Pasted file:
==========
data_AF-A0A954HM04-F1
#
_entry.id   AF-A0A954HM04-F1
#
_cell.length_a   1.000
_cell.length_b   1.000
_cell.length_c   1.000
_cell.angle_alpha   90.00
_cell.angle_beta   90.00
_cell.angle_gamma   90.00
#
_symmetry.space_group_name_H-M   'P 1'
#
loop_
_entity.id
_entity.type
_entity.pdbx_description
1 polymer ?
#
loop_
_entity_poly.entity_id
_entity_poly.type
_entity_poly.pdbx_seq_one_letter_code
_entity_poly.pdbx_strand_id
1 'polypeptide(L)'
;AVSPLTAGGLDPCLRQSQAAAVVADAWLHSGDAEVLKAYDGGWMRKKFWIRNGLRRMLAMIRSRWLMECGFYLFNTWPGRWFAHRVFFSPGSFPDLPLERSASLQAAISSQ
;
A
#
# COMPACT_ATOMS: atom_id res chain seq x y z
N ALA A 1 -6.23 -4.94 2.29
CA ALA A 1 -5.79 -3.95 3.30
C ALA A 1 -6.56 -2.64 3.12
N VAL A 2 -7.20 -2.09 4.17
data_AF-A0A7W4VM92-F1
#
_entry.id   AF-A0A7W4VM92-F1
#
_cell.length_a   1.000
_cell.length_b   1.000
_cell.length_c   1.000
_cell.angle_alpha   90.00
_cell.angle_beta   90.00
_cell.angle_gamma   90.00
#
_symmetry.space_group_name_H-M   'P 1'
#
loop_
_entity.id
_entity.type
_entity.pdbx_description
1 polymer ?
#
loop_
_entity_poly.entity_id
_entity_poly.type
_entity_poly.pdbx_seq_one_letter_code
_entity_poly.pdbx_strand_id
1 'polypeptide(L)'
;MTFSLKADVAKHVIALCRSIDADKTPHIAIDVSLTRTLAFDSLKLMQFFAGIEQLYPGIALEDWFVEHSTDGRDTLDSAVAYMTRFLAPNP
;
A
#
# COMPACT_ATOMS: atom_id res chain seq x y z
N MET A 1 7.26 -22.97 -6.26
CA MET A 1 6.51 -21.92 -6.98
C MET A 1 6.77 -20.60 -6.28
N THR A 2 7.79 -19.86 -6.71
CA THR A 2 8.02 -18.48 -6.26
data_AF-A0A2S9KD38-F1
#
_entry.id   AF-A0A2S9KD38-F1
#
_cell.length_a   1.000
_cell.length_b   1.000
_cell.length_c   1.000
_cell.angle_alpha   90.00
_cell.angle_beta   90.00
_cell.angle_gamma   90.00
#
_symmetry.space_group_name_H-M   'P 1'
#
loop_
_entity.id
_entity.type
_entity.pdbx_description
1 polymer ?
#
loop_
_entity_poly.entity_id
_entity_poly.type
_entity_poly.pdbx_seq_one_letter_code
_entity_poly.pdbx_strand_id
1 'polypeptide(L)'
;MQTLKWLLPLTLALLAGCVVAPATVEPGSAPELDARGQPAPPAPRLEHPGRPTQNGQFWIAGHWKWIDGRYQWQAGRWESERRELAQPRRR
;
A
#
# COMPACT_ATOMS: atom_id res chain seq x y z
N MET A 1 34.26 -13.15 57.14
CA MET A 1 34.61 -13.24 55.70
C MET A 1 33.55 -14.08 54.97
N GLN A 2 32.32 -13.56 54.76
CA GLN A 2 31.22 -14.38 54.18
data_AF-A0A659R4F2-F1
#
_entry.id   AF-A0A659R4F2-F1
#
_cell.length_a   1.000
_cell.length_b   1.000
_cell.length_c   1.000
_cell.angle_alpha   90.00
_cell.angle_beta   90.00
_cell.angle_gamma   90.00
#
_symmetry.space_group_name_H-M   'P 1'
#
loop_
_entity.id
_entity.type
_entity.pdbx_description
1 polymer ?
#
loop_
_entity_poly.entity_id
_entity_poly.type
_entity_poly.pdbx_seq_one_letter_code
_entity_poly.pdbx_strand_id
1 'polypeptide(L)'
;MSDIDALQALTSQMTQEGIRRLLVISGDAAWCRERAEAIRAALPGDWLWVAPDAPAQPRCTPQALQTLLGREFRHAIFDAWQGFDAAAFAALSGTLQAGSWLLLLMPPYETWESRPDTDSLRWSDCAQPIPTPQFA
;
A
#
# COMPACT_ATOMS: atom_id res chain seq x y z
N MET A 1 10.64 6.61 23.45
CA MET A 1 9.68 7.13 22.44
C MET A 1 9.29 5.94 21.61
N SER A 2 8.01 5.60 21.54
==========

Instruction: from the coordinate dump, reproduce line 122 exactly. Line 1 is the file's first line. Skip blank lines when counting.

1 polymer ?